Essential Yet Disposable: Food, Flowers, and Filth in the Pandemic Era

Dr. Rebecca Monteleone (she/her)

(Sponsored by College of Education)

2021 Disability Summit
April 13, 2021 – 10:50 AM-11:15AM

Twitter: @BeccaMonteleone


Employment opportunities for people with intellectual and developmental disabilities have long been critiqued for being limited to socially undesirable, low-wage positions. Colloquially known as the 3Fs – Food (restaurant, cafeteria, and other food service), Flowers (landscaping), and Filth (janitorial) – these traditionally devalued roles have suddenly been recast as indispensable in the pandemic era. With the abrupt reclassification to “essential work,” workers with intellectual disabilities are suddenly confronted with unprecedented recognition for their labor entangled with an increased demand for risk to their health and wellbeing. Drawing from a series of interviews with workers with intellectual disabilities – with positions ranging from grocery store clerk to food service in nursing facilities – I will consider the paradox of essential work conducted by socially undervalued bodyminds.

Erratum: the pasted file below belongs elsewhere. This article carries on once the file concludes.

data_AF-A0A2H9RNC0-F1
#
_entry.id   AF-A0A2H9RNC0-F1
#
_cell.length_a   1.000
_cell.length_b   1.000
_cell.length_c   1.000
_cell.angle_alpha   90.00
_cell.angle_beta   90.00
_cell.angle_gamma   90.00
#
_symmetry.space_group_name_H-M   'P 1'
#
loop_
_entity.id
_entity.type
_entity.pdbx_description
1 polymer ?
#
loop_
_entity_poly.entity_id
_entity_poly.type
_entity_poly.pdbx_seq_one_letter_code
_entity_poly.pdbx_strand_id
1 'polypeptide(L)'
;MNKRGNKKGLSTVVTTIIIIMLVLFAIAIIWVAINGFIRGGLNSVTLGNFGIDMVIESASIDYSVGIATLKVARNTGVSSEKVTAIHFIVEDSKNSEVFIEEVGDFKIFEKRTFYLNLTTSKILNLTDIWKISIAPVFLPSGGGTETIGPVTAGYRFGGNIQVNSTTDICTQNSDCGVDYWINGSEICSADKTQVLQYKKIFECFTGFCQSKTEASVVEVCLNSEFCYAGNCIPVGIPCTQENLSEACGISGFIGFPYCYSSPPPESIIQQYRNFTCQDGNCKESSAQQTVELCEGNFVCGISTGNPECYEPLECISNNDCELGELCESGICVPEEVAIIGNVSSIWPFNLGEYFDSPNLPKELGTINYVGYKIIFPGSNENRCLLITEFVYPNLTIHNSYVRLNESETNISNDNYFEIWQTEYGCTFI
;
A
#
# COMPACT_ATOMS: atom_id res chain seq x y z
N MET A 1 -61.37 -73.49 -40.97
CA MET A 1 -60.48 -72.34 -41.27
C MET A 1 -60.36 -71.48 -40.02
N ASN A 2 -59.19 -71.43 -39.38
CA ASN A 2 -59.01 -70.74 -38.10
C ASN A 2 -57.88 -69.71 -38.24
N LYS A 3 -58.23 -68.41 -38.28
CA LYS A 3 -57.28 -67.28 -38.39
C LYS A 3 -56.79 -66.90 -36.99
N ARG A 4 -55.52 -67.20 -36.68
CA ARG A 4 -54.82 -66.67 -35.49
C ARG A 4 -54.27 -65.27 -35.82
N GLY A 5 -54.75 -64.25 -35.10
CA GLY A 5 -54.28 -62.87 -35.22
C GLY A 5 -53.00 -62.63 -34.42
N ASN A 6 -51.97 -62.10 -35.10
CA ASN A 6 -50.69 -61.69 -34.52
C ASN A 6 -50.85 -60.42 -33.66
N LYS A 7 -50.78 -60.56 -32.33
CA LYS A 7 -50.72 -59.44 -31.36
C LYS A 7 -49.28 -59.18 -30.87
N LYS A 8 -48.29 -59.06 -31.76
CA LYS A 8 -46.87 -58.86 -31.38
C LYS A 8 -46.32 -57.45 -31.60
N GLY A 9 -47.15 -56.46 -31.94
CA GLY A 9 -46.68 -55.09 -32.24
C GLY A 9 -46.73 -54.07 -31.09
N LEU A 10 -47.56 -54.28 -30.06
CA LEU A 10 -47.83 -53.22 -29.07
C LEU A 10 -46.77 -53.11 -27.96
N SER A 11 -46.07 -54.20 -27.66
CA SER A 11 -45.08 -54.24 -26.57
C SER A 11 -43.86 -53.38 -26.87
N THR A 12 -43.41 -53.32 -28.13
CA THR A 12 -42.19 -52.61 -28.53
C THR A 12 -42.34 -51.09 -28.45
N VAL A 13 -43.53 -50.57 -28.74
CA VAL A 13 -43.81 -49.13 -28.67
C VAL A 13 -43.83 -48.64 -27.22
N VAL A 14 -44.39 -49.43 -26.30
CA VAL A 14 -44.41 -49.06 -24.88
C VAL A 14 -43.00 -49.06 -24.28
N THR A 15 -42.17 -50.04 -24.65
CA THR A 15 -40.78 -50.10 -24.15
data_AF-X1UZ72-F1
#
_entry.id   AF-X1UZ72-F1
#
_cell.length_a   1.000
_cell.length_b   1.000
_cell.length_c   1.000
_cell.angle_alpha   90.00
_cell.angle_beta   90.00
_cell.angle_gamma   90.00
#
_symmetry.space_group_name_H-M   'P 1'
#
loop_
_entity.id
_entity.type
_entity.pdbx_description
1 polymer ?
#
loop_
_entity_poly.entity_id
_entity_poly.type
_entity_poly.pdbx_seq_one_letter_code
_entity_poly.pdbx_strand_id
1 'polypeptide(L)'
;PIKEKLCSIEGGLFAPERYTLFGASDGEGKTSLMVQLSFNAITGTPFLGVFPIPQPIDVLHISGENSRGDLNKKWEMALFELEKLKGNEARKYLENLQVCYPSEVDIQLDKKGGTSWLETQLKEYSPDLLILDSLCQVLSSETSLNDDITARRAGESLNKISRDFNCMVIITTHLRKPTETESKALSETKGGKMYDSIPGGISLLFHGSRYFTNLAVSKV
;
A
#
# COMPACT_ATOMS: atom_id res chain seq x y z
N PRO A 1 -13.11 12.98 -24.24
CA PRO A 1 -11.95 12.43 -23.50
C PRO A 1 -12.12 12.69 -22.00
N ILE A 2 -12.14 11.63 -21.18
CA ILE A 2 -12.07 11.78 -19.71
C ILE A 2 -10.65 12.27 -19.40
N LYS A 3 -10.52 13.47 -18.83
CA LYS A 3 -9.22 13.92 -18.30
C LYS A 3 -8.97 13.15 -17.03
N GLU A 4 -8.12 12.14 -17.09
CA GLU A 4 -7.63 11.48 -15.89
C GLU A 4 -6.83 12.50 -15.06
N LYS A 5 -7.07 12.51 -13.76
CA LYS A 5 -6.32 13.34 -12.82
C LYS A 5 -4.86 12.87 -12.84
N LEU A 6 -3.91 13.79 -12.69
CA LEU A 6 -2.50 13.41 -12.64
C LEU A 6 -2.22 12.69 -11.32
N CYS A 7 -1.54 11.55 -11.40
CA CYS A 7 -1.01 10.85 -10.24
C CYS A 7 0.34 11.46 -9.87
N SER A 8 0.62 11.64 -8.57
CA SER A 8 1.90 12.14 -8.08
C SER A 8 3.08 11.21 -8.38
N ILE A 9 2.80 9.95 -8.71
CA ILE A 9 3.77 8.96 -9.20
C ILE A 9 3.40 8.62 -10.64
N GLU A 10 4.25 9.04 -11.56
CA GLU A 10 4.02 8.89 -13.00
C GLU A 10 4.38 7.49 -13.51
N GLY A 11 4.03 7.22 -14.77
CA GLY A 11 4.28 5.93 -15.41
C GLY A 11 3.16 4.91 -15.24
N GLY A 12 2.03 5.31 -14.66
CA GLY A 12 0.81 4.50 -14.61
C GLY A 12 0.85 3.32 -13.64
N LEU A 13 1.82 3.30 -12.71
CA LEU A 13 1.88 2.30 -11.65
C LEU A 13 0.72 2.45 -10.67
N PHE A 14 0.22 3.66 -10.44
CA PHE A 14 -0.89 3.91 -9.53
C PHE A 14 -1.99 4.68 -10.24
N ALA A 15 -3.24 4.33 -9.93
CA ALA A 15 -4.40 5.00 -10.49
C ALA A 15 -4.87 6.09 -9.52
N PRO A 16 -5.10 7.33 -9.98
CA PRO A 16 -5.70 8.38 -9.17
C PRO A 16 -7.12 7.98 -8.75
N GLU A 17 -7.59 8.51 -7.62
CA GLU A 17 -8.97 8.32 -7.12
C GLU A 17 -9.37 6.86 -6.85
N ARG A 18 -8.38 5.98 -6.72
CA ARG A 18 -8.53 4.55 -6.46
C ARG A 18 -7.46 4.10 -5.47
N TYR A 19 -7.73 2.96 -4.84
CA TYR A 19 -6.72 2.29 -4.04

Speech Text (PDF

Presentation Slides (PDF)


Dr. Rebecca Monteleone is an assistant professor of Disability Studies at the University of Toledo. Her work focuses on centering the perspectives and experiences of disabled people in areas in which they have historically invalidated, including healthcare, technology design, and public discourse. She has received fellowships and scholarships from the US-UK Fulbright Commission, the National Science Foundation, and the National Academies of Sciences, Engineering, and Medicine, and has published research in Intellectual and Developmental Disabilities, the Journal of Applied Research in Intellectual Disabilities, the Journal of Responsible Research and Innovation, and IEEE Technology and Society, among others. She is motivated by the imaginative possibilities of anti-ableist worlds made possible only through valuing diverse bodies and minds. In addition to scholarly work, she has more than a decade of experience working with disability organizations, specializing in developing plain language and Easy Read policy and guidance documents.